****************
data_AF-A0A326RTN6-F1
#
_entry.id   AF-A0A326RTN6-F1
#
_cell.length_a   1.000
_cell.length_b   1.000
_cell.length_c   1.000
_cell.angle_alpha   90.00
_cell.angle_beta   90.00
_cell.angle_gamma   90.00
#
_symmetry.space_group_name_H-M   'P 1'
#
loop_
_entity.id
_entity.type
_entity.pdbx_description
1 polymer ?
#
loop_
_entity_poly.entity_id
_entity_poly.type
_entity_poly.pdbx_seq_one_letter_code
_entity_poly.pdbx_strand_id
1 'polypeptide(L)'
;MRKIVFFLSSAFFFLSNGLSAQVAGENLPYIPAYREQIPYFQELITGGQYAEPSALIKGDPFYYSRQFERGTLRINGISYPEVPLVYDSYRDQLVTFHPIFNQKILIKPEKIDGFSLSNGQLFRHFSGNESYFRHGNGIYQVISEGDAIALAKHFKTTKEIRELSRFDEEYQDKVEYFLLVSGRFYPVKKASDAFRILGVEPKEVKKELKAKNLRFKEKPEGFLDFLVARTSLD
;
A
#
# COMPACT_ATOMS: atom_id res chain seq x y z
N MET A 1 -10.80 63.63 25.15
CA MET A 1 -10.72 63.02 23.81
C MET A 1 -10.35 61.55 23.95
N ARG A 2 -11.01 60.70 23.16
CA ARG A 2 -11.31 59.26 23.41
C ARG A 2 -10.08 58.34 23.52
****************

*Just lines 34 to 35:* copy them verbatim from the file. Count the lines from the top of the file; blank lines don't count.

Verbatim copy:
N ARG A 2 -11.01 60.70 23.16
CA ARG A 2 -11.31 59.26 23.41